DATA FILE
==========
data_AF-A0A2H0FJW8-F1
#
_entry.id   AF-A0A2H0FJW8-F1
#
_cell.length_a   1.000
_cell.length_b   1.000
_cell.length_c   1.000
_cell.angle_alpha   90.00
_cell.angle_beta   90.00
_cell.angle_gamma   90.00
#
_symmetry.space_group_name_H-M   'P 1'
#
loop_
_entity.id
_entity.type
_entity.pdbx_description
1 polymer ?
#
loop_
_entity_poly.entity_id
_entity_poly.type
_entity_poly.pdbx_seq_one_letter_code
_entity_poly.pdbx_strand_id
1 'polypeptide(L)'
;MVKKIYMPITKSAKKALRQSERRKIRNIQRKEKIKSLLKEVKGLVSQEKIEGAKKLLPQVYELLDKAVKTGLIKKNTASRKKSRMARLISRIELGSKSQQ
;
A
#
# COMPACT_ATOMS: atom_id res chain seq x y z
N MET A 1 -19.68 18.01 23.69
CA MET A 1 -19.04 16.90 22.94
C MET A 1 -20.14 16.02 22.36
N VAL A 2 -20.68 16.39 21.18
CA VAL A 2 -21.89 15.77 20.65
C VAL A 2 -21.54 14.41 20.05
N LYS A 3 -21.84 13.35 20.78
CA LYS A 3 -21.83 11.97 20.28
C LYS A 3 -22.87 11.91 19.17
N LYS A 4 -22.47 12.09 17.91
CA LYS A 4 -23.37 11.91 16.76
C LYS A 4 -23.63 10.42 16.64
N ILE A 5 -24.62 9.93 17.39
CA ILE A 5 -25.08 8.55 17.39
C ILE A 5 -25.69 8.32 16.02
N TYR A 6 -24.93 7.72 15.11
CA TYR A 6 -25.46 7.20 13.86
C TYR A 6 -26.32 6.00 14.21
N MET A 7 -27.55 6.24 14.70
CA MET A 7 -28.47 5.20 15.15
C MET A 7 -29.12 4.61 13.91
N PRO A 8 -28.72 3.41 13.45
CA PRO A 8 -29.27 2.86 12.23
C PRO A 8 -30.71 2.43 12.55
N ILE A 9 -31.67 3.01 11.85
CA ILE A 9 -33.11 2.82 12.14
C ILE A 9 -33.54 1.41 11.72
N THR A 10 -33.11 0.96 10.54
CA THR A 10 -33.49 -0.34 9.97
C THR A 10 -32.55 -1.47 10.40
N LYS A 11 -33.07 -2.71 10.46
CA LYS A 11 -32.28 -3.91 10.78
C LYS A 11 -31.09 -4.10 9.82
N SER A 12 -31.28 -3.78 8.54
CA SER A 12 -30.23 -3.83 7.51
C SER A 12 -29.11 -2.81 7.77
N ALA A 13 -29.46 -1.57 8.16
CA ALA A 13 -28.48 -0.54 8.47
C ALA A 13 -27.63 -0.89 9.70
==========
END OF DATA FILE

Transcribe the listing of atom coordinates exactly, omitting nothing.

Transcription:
data_AF-A0A2H0FJW8-F1
#
_entry.id   AF-A0A2H0FJW8-F1
#
_cell.length_a   1.000
_cell.length_b   1.000
_cell.length_c   1.000
_cell.angle_alpha   90.00
_cell.angle_beta   90.00
_cell.angle_gamma   90.00
#
_symmetry.space_group_name_H-M   'P 1'
#
loop_
_entity.id
_entity.type
_entity.pdbx_description
1 polymer ?
#
loop_
_entity_poly.entity_id
_entity_poly.type
_entity_poly.pdbx_seq_one_letter_code
_entity_poly.pdbx_strand_id
1 'polypeptide(L)'
;MVKKIYMPITKSAKKALRQSERRKIRNIQRKEKIKSLLKEVKGLVSQEKIEGAKKLLPQVYELLDKAVKTGLIKKNTASRKKSRMARLISRIELGSKSQQ
;
A
#
# COMPACT_ATOMS: atom_id res chain seq x y z
N MET A 1 -19.68 18.01 23.69
CA MET A 1 -19.04 16.90 22.94
C MET A 1 -20.14 16.02 22.36
N VAL A 2 -20.68 16.39 21.18
CA VAL A 2 -21.89 15.77 20.65
C VAL A 2 -21.54 14.41 20.05
N LYS A 3 -21.84 13.35 20.78
CA LYS A 3 -21.83 11.97 20.28
C LYS A 3 -22.87 11.91 19.17
N LYS A 4 -22.47 12.09 17.91
CA LYS A 4 -23.37 11.91 16.76
C LYS A 4 -23.63 10.42 16.64
N ILE A 5 -24.62 9.93 17.39
CA ILE A 5 -25.08 8.55 17.39
C ILE A 5 -25.69 8.32 16.02
N TYR A 6 -24.93 7.72 15.11
CA TYR A 6 -25.46 7.20 13.86
C TYR A 6 -26.32 6.00 14.21
N MET A 7 -27.55 6.24 14.70
CA MET A 7 -28.47 5.20 15.15
C MET A 7 -29.12 4.61 13.91
N PRO A 8 -28.72 3.41 13.45
CA PRO A 8 -29.27 2.86 12.23
C PRO A 8 -30.71 2.43 12.55
N ILE A 9 -31.67 3.01 11.85
CA ILE A 9 -33.11 2.82 12.14
C ILE A 9 -33.54 1.41 11.72
N THR A 10 -33.11 0.96 10.54
CA THR A 10 -33.49 -0.34 9.97
C THR A 10 -32.55 -1.47 10.40
N LYS A 11 -33.07 -2.71 10.46
CA LYS A 11 -32.28 -3.91 10.78
C LYS A 11 -31.09 -4.10 9.82
N SER A 12 -31.28 -3.78 8.54
CA SER A 12 -30.23 -3.83 7.51
C SER A 12 -29.11 -2.81 7.77
N ALA A 13 -29.46 -1.57 8.16
CA ALA A 13 -28.48 -0.54 8.47
C ALA A 13 -27.63 -0.89 9.70